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The Brotherhood

The Brotherhood: Jesse Jarvis of Claremont

Jesse Jarvis.

(Courtesy photo)

Jesse Jarvis. (Courtesy photo)

In his 14 years of on-again, off-again incarceration, Jesse Jarvis, now 32, has seen his share of second chances.

In 1999, six years before he allegedly helped form BOWW, he entered his hometown Kmart in Claremont and started palming cassette tapes and photo film into his pockets, according to a police report. Then 18 and smelling of alcohol, Jarvis was arrested and taken to a hospital to be treated for intoxication. There, during a bathroom break, he tried to escape through a crawl space in the ceiling.

Jarvis, who declined to comment on his past or present role within BOWW, was placed on probation and ordered to complete a treatment program for substance abuse. He was transferred to the Concord state prison in March 2001 after a series of probation violations, including breaking curfew, consuming alcohol, resisting arrest and failing to report to work, according to court records.

Jarvis’s behavior carried into prison, though the frequency of his infractions receded after his first year. In 2004 he asked a judge to reduce his then-sentence, writing in a letter that he had matured a great deal since his 1999 arrest. He had been sober for four years, he wrote, was attending weekly drug and alcohol treatment meetings, and hoped for a chance at a fresh start.

“I have found a inner peace through the last 4½ years of my incarceration which has made me stronger,” Jarvis wrote. “Mostly being today I have love and respect for myself.”

In the letter, Jarvis referenced a challenging childhood and said he had learned early on to mask his personal pain with drugs and alcohol – a substance abuse evaluation in 2000 revealed he had been using both since age 12. Jarvis asked to move in with his mother in Massachusetts, and indicated she had been sober for several years.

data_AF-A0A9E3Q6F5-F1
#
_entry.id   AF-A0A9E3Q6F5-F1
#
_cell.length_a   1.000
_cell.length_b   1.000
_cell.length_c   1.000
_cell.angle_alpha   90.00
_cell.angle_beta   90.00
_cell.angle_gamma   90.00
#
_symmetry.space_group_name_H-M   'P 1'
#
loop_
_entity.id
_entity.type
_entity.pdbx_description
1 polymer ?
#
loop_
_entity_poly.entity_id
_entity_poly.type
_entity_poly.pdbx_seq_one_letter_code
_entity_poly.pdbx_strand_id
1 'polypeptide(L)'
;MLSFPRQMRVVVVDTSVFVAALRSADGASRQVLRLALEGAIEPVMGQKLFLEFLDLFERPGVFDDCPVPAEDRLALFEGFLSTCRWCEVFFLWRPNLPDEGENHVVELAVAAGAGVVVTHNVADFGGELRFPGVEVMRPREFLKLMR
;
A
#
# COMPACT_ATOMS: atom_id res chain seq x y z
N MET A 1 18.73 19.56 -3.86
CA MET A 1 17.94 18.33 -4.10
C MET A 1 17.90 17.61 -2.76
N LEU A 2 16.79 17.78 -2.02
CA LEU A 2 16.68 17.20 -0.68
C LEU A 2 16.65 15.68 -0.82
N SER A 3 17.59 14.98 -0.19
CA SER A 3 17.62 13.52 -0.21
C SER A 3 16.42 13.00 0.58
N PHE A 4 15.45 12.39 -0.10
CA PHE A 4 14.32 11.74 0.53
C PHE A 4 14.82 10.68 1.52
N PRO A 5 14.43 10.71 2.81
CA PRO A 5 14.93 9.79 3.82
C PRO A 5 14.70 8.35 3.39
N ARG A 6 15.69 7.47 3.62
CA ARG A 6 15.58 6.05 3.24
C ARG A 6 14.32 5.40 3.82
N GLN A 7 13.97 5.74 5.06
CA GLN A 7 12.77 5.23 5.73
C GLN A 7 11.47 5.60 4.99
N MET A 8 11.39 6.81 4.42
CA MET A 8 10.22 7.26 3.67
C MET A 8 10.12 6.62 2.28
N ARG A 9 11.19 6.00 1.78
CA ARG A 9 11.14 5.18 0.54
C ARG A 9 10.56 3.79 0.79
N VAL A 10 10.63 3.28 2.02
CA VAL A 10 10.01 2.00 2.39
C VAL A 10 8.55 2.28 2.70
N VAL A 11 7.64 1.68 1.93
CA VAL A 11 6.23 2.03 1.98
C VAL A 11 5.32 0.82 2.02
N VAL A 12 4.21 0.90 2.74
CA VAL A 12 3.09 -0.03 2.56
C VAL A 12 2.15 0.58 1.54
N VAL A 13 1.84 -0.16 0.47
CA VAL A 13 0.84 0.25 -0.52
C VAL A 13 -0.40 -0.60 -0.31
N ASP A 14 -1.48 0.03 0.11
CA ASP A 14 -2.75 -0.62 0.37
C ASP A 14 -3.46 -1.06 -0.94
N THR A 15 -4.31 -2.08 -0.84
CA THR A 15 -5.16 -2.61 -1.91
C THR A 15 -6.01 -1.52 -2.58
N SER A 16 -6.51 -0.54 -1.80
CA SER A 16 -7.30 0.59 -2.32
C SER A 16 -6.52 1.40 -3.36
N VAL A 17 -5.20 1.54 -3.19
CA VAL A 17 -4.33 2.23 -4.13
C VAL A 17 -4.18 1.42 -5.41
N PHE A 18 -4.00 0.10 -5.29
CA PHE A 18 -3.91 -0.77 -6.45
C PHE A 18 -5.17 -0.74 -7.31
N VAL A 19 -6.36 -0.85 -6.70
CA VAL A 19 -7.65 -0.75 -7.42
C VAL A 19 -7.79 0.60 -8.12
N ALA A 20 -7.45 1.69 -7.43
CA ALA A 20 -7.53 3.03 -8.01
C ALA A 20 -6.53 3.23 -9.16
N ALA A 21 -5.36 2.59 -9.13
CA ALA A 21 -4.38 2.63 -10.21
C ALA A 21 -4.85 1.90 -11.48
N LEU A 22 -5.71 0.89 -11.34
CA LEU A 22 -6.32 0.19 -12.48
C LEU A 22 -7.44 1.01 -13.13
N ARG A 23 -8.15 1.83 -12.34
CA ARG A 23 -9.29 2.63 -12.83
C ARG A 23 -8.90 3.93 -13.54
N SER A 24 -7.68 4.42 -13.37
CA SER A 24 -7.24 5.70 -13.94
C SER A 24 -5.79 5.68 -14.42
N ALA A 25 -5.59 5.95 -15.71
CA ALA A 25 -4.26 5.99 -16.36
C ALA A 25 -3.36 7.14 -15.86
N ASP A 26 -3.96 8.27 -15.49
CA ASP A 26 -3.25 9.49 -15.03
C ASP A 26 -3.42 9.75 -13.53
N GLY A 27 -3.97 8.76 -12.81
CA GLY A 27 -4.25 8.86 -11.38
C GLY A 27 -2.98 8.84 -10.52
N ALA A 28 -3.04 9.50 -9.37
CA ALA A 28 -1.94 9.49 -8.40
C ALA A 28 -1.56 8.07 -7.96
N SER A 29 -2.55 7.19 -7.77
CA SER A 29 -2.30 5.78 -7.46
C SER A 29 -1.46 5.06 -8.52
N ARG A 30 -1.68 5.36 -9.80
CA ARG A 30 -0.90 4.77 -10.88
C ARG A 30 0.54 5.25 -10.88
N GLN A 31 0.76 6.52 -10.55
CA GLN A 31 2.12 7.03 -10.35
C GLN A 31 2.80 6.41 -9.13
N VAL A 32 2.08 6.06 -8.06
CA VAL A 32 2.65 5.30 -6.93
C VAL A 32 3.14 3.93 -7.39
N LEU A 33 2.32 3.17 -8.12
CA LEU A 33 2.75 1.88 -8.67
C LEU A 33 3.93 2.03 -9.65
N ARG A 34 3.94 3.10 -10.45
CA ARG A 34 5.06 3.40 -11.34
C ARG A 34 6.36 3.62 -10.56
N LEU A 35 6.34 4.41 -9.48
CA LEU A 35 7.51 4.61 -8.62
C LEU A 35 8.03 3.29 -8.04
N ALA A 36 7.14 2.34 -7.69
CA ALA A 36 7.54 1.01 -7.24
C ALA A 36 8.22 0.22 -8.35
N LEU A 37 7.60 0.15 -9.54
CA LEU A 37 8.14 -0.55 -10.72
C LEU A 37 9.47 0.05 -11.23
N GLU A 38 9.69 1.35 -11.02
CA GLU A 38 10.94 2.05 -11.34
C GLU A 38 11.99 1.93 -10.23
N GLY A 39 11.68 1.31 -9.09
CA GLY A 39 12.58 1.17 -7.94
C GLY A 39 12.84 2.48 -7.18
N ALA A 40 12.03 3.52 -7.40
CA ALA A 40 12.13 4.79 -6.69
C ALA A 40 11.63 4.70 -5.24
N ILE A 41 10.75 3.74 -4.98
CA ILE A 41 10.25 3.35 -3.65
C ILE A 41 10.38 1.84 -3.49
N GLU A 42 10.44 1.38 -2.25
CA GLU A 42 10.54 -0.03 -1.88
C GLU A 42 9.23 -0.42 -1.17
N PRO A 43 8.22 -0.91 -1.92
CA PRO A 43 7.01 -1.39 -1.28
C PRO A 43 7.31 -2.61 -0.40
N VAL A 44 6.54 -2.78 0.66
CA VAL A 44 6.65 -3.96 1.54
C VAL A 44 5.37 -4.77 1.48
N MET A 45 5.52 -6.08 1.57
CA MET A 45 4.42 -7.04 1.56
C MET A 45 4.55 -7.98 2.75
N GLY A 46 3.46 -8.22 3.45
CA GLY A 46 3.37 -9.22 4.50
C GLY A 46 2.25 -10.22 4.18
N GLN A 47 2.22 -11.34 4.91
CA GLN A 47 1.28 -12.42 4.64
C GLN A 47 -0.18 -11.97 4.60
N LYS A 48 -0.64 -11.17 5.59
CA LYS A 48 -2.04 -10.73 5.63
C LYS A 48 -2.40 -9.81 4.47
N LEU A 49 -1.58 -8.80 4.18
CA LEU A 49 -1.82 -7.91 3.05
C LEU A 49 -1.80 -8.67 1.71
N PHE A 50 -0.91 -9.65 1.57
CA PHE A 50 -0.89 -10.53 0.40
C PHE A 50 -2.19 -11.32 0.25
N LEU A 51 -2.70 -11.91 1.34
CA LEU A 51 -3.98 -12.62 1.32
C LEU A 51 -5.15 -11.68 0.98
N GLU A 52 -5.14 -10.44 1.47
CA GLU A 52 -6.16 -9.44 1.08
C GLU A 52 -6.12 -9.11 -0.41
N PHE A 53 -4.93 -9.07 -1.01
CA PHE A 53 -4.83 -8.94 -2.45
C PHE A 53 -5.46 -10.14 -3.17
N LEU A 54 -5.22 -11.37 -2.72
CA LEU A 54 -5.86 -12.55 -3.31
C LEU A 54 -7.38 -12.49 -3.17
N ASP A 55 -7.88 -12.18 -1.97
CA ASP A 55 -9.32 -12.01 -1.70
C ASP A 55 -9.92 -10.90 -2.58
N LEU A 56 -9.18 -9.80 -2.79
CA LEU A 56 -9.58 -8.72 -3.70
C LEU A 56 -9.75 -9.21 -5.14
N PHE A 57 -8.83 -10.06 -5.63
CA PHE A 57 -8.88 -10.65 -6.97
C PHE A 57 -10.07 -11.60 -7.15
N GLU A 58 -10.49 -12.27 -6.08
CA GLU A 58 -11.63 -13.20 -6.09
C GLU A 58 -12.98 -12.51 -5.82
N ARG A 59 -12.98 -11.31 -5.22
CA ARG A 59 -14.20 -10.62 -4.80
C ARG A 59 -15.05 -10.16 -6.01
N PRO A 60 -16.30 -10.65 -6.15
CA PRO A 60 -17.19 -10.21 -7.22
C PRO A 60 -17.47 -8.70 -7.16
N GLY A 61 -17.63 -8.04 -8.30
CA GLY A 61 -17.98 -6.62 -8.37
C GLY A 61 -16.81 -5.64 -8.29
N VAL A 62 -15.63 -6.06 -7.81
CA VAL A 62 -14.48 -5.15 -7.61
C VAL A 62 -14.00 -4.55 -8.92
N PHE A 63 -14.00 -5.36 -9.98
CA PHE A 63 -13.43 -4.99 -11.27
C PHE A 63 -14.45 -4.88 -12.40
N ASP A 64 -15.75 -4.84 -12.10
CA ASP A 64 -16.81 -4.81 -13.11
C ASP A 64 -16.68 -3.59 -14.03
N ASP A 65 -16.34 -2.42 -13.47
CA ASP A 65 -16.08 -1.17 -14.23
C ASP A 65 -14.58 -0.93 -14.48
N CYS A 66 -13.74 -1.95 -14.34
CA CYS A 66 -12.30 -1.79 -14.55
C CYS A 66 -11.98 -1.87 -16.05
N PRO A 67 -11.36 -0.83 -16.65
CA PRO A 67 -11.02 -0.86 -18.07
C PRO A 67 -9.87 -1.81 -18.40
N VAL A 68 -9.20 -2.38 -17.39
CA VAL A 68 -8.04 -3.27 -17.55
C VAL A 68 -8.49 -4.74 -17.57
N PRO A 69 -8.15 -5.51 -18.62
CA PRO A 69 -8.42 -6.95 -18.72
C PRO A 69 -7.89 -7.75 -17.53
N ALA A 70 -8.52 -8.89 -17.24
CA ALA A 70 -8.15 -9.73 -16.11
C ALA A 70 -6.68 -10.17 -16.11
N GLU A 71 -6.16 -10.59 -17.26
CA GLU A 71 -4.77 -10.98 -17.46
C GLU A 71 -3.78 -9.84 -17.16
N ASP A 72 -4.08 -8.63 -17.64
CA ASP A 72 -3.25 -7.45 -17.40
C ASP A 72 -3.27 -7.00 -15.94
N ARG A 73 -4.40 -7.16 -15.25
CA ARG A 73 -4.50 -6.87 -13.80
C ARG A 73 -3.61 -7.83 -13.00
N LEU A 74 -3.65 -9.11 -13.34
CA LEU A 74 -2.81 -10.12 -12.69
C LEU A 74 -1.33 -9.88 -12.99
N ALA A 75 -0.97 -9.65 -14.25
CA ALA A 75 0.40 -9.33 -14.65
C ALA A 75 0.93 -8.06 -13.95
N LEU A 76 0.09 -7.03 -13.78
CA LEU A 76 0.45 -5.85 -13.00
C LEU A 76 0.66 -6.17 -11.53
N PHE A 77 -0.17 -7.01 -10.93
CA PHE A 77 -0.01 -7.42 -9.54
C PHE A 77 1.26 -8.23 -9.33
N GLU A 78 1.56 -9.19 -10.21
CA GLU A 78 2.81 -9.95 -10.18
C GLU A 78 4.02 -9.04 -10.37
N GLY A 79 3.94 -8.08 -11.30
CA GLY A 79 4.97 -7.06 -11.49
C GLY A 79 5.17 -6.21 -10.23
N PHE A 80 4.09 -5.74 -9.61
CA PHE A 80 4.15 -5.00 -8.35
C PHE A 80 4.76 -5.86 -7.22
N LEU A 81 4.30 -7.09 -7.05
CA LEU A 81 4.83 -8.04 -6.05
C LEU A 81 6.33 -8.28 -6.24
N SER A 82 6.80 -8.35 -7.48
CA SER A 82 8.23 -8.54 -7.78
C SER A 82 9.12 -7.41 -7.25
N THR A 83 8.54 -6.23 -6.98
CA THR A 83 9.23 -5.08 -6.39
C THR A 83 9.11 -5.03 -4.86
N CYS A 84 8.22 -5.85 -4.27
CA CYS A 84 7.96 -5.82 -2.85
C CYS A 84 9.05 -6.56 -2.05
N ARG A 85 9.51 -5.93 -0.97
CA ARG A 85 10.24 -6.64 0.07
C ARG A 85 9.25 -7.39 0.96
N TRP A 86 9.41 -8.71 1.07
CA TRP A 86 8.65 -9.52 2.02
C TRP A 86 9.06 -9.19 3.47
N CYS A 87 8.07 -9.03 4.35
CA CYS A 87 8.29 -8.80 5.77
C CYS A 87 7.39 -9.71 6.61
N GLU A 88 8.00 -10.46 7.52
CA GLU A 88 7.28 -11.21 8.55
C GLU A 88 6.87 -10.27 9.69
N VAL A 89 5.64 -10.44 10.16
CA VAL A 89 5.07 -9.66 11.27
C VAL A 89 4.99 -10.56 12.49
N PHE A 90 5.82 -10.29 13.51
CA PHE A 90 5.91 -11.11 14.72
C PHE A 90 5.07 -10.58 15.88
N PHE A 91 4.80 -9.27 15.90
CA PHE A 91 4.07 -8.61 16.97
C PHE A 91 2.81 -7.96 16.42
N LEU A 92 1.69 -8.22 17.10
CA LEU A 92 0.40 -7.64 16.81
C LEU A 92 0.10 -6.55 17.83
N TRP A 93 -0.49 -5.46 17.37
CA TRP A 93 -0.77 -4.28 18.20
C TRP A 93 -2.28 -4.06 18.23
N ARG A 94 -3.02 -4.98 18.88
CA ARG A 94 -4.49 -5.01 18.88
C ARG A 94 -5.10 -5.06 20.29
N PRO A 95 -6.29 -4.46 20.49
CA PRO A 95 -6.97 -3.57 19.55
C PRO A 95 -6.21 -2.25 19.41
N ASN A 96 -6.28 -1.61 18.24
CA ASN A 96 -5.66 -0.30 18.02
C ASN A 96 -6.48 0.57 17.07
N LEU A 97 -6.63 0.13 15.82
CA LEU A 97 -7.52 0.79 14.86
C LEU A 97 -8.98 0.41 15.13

In the months that followed, Jarvis continued to struggle. At one point, according to prison records, he was written up for telling an instructor during a substance abuse class to “f---ing shove this program up your ass.”

But Jarvis was eventually released, only to be rearrested in February 2005 for kicking two Claremont police officers. Later that year, after BOWW formed, he was sent to the Concord prison and then to a Rhode Island correctional facility.

Tragedy struck in 2008 when a SWAT team shot and killed Jarvis’s father inside a camper in Charlestown. Officers had come to arrest Jarvis on several charges, including stealing a Nazi flag, and believed his father, Anthony Jarvis, a convicted felon, was armed.

An attorney general’s report later described the incident: Officers demanded the elder Jarvis exit the camper; he repeatedly refused; two officers entered, one with a Taser drawn; the father fired shots, at least one of which struck one of the officers in his thigh; the officers returned fire, hitting the father more than a dozen times, including twice fatally.

The report concluded that the police’s action had been justified.

Asked during a parole hearing this April about the incident, Jesse Jarvis called it “catastrophic, obviously.”

Though the authorities have never said publicly how they linked Jarvis to BOWW, in the 2008 attorney general’s report they cited Jarvis’s former girlfriend, who had been with him at the time of his arrest, as confirming he was the leader of BOWW.

Jarvis was later transferred to a Florida prison.

Asked in a parole hearing this spring about his present involvement with the group, Jarvis, speaking by phone from Florida, said, “The one thing I can say about that is that I was a child. . . . And at that time, I thought it was meaningful. (The audio recording from the hearing then cuts out briefly). I have no concern with the people in BOWW or my membership in BOWW.”

Jarvis was released to a Manchester halfway house in October. Within days he was sent to the Concord prison for an alleged house violation – the staff said he had made alarming statements and gestures. The New Hampshire parole board last month acquitted Jarvis of those charges and returned him to the halfway house.

At the parole hearing, Jarvis sat quietly and referred questions from the board to his public defender, Brooke Belanger, who said he planned to live with his sister-in-law in Claremont if and when he is paroled. He will be eligible for release in the next two and a half months.


N.H.’s Brotherhood of White Warriors Part 1: Origins

Wednesday, December 4, 2013

On the night of Feb. 1, two men clutching handguns approached a minivan on a residential street near Memorial Field in Concord. One wore a hood, the other a hockey mask. Reaching the vehicle, according to police reports, they threw open its doors and forced the driver into the back. The driver was pinned against his seat, struck in the …

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